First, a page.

3. I just now found out about that a child CAN have this even though the blood tests said those factors weren't there. Every since I was a little girl I had foot pain and sometimes I had hand pains. The foot pain at the time was the worst worst and stood out the most. I would cry and cry and hated walking when the pain would be happening. My mom finally took me to the Dr where he said oh it's just growing pains pains take Tylenol. So every time I started hurting I would cry but my mom would always heat a towel up in the microwave overs and over cause the hotter it was the more it helped. We went back to the Dr later on and told him it still hurts and so he sends me to a foot Dr. My hands and stuff had been hurting more by then but it was winter I just chalked it up to the cold air. The foot Dr said it was because I was flat footed and I had to get insoles. They never worked and I just dealt with it into my teen years. I learned to figure out the Times before I would hurt by then. Rain, snow, cold weather or cold air conditioning, writing too much, playing guitar a long time and walking a lot like all day. I have always had to take a super hot shower in the mornings to make me not feel so sore and achy. I went to the Dr as a teen 16 I think and she drew my blood and sent me to the foot Dr again even though I said the same pains in my hands now too. She said it didn't show up as having a that factor in my blood so it was just flat feet. I 've moved on from the pain and just deal with it now the best I can. It's gotten worse more in my hands now than ever. It is killing me to type this using just a finger on my tablet. I can't open up sodas or twist my hand the way I used to could and if I do it hurts so bad like I'm forcing my hands to do something they can't. Like my joints are gonna snap if I move them a lot. I just want to curl them up and sleep on days like this. I decided to search bone pain in children and young adults and JIA showed up. I want answers so bad. How can flat feet effect my hands? Is all I want to scream at my doctors. I'm only 23 and I feel like an old woman who has to get the non child proof bottle and hands all curled up not able to move them. I had some jaw problems as a teen and got braces to help it move my jaws in place. It helped then but they are starting to go back the way they were. I had bad hip and back problems with my last pregnancy. My Dr took a x Ray after having the baby says it scoliosis or something cause my spine is curved slightly. My immune system has never been great. this info you have provided has inspired me to go to the new Dr I got and bring it up. I hope she will actually listen and maybe get some help before I wind up never able to touch my guitar, or write,or walk to the park and just do normal stuff ever again. Thanks so much.

    1. Heather,

      See below to help with your fight for answers! -Jenny

      From :

      "One of the most frustrating comments to parents of kids with Juvenile Arthritis is “Are you sure? That’s an elderly person’s disease!”
      Well, yes and no.
      For the uninitiated, the word “Arthritis” summons up images of hobbling elderly, gnarled fingers, and remarks about the weather in relationship to bum knees. Others may think about that nagging sports injury, or the aches and pains of getting older and a body worn by time.
      They are right. That IS arthritis, and most of the time, kids don’t get it. More specifically, the type of arthritis people are thinking about is osteoarthritis, and it is a result of injury or wear and tear. This is the type of arthritis that most people are familiar with.
      That is not the whole story. There is another type: rheumatoid arthritis. Rheumatoid Arthritis (RA in adults or JRA/JIA in children) is an autoimmune condition that is far more than aches and pains. Autoimmune diseaseNational Institute of Health:
      can strike at any age, so children can and DO have this form of arthritis. According to the
      Juvenile rheumatoid arthritis (JRA) is a type of arthritis that happens in children age 16 or younger. It causes joint swelling, pain, stiffness, and loss of motion. It can affect any joint, and in some cases it can affect internal organs as well.
      One early sign of JRA may be limping in the morning. Symptoms can come and go. Some children have just one or two flare-ups. Others have symptoms that never go away. JRA causes growth problems in some children.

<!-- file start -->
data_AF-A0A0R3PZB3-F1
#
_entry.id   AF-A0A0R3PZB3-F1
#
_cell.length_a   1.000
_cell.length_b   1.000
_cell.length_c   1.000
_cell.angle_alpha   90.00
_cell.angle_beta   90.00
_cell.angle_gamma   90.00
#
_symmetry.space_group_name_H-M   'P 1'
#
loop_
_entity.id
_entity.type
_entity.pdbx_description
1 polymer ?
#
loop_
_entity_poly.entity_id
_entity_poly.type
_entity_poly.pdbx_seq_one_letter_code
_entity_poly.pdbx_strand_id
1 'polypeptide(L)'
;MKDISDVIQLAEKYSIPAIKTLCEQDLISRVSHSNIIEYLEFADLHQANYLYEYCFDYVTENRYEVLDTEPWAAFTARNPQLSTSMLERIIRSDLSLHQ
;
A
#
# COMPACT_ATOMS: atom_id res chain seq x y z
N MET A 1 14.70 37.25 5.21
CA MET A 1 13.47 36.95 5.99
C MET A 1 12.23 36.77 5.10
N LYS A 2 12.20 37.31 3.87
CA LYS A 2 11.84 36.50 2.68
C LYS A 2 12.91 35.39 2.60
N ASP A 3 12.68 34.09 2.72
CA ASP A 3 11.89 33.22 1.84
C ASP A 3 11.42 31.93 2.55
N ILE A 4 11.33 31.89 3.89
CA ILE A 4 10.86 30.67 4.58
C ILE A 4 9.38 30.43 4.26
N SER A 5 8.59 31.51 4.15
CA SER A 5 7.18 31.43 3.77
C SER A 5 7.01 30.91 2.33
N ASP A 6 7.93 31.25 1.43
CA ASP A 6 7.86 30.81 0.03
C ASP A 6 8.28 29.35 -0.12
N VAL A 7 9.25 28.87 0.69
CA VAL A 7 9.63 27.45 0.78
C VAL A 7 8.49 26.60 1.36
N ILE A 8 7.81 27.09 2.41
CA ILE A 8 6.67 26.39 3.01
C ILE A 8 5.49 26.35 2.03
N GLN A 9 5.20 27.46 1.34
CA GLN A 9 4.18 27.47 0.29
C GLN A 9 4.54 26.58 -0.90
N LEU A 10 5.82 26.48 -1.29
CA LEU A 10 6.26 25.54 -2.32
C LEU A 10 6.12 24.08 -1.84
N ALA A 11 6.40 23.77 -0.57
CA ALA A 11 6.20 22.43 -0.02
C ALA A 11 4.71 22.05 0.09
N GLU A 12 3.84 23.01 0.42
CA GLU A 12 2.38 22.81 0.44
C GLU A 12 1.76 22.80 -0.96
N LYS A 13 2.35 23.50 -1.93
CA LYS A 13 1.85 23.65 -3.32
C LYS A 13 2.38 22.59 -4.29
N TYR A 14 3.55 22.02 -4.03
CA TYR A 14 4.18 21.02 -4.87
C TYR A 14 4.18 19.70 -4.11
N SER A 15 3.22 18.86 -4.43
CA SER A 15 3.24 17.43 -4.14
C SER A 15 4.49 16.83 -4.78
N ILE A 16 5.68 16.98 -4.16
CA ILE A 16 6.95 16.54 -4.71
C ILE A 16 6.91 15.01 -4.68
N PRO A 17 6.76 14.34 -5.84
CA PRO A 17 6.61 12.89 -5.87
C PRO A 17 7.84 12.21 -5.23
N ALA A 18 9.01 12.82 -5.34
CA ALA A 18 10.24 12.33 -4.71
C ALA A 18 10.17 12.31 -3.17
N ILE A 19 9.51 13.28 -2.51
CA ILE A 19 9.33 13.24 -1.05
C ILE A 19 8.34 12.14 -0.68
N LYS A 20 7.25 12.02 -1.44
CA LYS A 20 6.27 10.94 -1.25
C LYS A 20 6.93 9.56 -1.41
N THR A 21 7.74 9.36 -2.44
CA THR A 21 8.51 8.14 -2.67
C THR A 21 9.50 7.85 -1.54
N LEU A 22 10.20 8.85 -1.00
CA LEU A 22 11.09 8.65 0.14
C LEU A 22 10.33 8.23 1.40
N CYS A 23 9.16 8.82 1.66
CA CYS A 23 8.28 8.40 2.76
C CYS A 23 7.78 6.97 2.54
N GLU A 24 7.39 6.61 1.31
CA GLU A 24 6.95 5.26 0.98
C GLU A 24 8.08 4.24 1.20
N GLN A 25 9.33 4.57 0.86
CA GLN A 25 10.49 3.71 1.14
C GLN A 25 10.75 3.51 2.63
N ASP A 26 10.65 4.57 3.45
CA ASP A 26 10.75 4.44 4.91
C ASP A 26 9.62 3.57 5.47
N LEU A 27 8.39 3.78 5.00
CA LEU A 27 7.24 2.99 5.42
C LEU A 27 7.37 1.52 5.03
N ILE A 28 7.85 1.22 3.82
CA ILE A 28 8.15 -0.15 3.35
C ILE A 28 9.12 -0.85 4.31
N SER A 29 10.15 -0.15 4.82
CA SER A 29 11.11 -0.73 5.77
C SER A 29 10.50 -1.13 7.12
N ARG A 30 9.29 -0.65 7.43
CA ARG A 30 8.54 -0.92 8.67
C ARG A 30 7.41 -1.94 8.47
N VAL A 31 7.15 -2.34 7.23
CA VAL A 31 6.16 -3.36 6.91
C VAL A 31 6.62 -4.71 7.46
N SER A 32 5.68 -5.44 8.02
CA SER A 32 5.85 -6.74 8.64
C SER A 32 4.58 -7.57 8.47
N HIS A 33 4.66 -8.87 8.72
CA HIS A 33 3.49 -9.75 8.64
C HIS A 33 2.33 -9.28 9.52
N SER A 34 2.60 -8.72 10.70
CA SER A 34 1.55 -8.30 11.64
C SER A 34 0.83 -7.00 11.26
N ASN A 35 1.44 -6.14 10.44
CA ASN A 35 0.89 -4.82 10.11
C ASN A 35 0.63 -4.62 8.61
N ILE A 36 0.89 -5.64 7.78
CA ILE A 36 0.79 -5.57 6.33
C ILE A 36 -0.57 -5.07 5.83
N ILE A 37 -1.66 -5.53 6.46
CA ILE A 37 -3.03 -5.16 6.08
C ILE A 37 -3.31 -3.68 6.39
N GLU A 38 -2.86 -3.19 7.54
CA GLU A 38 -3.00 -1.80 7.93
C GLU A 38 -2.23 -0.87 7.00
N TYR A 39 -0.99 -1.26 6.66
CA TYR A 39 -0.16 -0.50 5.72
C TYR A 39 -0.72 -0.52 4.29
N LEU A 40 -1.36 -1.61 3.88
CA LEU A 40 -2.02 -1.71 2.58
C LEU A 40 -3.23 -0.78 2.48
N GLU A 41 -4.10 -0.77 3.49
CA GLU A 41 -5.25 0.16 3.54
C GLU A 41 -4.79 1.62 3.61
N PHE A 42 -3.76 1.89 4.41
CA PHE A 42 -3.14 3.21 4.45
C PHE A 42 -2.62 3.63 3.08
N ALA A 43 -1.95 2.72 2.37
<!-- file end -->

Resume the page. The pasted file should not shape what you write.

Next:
No one knows exactly what causes JRA. Scientists do know it is anautoimmune disorder, which means your immune system, which normally helps your body fight infection, attacks your body’s own tissues.
      In fact, nearly 300,000 children in the U.S. have been diagnosed with some form of Juvenile Arthritis. It is believed that even more may suffer from this condition, but have been misdiagnosed with other diseases, or not diagnosed at all (read the article here.) Yet, it is one of the most common types of chronic childhood illness.
      So, how do I handle the “kids don’t get arthritis” comments now? I head them off before they can be said. When asked what is wrong with my child, I now say “He has an autoimmune disease, where his body is attacking itself. It’s actually a form of juvenile arthritis.” I frame my response so that they understand how serious the issue is before I say its name, and the picture they create in their head couldn’t be further from your grandparent’s arthritis. In the meantime, I’ve avoided a frustration for both me and my children, while educating one more person that YES, Kids Get Arthritis Too!"

  4. Heather,

    You need to have your doctor refer you to a rheumatologist. You cannot usually get into a rheumatologist without a referral, but fight for the referral! Your story sounds so much like my daughter's story. She wears tennis shoes with orthotics every day (even to church many a Sunday), just so her feet can make it through the day. The orthotics help, but the pain never goes away. Savannah looks forward to summers so much because she does't have to write or use a computer. Using a computer is better than holding a pencil and writing, but it still hurts her hands so much...especially using the mouse. Using scissors is basically impossible, unless she holds them this real weird way and the edge she cuts is all jagged. Summers are her best months, but when storms come or the barometric pressure changes, she hurts much more. The cold months...much worse. Hot showers in the morning are Savannah's best friend.
    Heather, keep fighting to get answers!! Medicines can really help, though you might have to go through several to find the right one for you. Savannah suggests getting some foam grips for your pens, toothbrushes, or hair can find them on Amazon, I believe if you search "foam grips". They come in different sizes and can fit on most anything. This has helped Savannah do everyday tasks with her hands and not hurt as bad. She also suggests using a rolling desk chair to get around in the mornings (at least if you have hard floors). Savannah's feet hurt badly in the mornings, and this allows her to get around well. She keeps her rolling desk chair by her bed for this reason. I am going to try to find you some information to take to your doctor to fight your case. This blog is so worth it if it helps people like you. If you have any more questions or concerns, please write.
    -Jenny & Savannah
    PS Sorry. Having to reply "anonymous" because I am visiting my parents and on their computer. :)